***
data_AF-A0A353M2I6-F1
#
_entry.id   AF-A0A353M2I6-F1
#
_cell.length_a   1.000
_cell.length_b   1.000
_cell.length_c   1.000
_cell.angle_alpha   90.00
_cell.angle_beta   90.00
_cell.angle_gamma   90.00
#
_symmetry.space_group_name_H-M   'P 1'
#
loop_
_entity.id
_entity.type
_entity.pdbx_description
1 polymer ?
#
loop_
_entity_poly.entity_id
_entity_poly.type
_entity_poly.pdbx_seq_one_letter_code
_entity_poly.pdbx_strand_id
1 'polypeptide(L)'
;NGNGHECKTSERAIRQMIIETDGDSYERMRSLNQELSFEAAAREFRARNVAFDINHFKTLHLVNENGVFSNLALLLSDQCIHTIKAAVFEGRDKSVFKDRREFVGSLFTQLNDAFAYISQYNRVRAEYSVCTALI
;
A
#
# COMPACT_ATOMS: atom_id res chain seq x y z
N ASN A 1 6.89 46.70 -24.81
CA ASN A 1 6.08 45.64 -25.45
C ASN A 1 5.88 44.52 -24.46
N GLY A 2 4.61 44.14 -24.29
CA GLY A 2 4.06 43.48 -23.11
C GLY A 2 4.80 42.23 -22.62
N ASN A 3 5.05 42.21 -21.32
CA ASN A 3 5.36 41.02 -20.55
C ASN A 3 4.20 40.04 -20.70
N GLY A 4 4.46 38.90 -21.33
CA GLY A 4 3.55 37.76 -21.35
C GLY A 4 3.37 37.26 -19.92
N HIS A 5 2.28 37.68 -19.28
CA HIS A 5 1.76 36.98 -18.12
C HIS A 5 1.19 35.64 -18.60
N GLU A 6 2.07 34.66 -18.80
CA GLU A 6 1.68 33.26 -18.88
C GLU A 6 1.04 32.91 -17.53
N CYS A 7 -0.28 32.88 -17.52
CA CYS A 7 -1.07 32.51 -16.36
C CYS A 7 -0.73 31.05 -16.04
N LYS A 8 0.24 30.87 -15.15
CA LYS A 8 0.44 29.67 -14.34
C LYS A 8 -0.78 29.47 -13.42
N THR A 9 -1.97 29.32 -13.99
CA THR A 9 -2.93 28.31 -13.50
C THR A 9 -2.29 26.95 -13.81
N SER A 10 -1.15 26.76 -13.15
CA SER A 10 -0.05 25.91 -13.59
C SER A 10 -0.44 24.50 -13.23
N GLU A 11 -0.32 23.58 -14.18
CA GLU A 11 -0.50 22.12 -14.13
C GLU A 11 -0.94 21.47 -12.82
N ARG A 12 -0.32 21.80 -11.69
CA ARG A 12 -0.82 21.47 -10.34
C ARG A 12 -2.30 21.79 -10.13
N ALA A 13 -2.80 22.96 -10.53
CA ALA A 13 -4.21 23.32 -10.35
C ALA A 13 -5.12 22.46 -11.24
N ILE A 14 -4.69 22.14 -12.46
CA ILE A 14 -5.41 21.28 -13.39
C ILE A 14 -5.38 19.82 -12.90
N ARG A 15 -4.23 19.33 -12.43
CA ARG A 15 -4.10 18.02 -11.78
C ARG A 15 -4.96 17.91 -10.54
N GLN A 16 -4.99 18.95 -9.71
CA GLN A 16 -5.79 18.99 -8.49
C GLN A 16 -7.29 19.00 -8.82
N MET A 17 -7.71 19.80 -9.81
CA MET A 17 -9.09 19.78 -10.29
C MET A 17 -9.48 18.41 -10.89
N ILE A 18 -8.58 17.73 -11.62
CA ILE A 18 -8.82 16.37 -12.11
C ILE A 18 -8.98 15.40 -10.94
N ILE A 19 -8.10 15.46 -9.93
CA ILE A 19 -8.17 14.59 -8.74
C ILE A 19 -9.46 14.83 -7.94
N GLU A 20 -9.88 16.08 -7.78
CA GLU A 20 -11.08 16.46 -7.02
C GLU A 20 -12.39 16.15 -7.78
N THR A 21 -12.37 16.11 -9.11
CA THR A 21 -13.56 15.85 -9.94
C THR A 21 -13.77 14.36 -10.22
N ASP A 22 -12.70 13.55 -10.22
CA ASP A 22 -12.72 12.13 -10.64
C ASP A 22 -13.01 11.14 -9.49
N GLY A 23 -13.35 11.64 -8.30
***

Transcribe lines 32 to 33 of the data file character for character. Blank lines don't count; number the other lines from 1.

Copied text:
CA ASN A 1 6.08 45.64 -25.45
C ASN A 1 5.88 44.52 -24.46